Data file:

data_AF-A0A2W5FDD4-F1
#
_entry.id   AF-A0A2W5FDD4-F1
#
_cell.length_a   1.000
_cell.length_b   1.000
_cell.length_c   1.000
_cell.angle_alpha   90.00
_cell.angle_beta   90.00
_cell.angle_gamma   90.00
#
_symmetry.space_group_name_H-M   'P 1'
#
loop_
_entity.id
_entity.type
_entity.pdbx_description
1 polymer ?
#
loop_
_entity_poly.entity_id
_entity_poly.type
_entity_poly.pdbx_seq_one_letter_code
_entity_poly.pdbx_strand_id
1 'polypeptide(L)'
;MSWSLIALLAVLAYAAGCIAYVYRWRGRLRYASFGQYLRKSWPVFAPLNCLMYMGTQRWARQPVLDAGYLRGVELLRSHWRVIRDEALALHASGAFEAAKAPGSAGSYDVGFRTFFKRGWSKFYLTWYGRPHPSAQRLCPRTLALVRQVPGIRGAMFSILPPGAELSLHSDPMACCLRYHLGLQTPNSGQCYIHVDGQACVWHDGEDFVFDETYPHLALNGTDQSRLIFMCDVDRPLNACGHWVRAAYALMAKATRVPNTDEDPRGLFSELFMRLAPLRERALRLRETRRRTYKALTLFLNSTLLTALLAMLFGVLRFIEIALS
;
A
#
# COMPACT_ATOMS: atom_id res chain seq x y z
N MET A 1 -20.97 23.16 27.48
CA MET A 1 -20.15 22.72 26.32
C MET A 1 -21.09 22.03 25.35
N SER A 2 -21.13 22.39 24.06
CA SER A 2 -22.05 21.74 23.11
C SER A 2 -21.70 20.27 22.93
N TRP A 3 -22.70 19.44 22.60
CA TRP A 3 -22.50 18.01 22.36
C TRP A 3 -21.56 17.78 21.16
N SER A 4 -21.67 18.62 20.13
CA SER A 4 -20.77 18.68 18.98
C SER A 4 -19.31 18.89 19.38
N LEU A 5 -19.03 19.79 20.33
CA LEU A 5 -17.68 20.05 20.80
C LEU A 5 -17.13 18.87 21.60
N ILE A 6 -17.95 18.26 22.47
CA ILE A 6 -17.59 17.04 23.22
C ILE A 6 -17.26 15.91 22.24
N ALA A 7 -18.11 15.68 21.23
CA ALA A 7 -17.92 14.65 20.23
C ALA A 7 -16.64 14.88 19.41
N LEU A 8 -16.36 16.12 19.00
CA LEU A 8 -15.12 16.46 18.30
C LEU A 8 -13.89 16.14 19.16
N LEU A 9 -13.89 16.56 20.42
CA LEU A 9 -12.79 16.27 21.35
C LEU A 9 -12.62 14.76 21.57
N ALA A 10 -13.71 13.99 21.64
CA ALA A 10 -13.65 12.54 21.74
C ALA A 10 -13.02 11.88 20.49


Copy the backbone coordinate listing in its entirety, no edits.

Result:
data_AF-A0A2W5FDD4-F1
#
_entry.id   AF-A0A2W5FDD4-F1
#
_cell.length_a   1.000
_cell.length_b   1.000
_cell.length_c   1.000
_cell.angle_alpha   90.00
_cell.angle_beta   90.00
_cell.angle_gamma   90.00
#
_symmetry.space_group_name_H-M   'P 1'
#
loop_
_entity.id
_entity.type
_entity.pdbx_description
1 polymer ?
#
loop_
_entity_poly.entity_id
_entity_poly.type
_entity_poly.pdbx_seq_one_letter_code
_entity_poly.pdbx_strand_id
1 'polypeptide(L)'
;MSWSLIALLAVLAYAAGCIAYVYRWRGRLRYASFGQYLRKSWPVFAPLNCLMYMGTQRWARQPVLDAGYLRGVELLRSHWRVIRDEALALHASGAFEAAKAPGSAGSYDVGFRTFFKRGWSKFYLTWYGRPHPSAQRLCPRTLALVRQVPGIRGAMFSILPPGAELSLHSDPMACCLRYHLGLQTPNSGQCYIHVDGQACVWHDGEDFVFDETYPHLALNGTDQSRLIFMCDVDRPLNACGHWVRAAYALMAKATRVPNTDEDPRGLFSELFMRLAPLRERALRLRETRRRTYKALTLFLNSTLLTALLAMLFGVLRFIEIALS
;
A
#
# COMPACT_ATOMS: atom_id res chain seq x y z
N MET A 1 -20.97 23.16 27.48
CA MET A 1 -20.15 22.72 26.32
C MET A 1 -21.09 22.03 25.35
N SER A 2 -21.13 22.39 24.06
CA SER A 2 -22.05 21.74 23.11
C SER A 2 -21.70 20.27 22.93
N TRP A 3 -22.70 19.44 22.60
CA TRP A 3 -22.50 18.01 22.36
C TRP A 3 -21.56 17.78 21.16
N SER A 4 -21.67 18.62 20.13
CA SER A 4 -20.77 18.68 18.98
C SER A 4 -19.31 18.89 19.38
N LEU A 5 -19.03 19.79 20.33
CA LEU A 5 -17.68 20.05 20.80
C LEU A 5 -17.13 18.87 21.60
N ILE A 6 -17.95 18.26 22.47
CA ILE A 6 -17.59 17.04 23.22
C ILE A 6 -17.26 15.91 22.24
N ALA A 7 -18.11 15.68 21.23
CA ALA A 7 -17.92 14.65 20.23
C ALA A 7 -16.64 14.88 19.41
N LEU A 8 -16.36 16.12 19.00
CA LEU A 8 -15.12 16.46 18.30
C LEU A 8 -13.89 16.14 19.16
N LEU A 9 -13.89 16.56 20.42
CA LEU A 9 -12.79 16.27 21.35
C LEU A 9 -12.62 14.76 21.57
N ALA A 10 -13.71 13.99 21.64
CA ALA A 10 -13.65 12.54 21.74
C ALA A 10 -13.02 11.88 20.49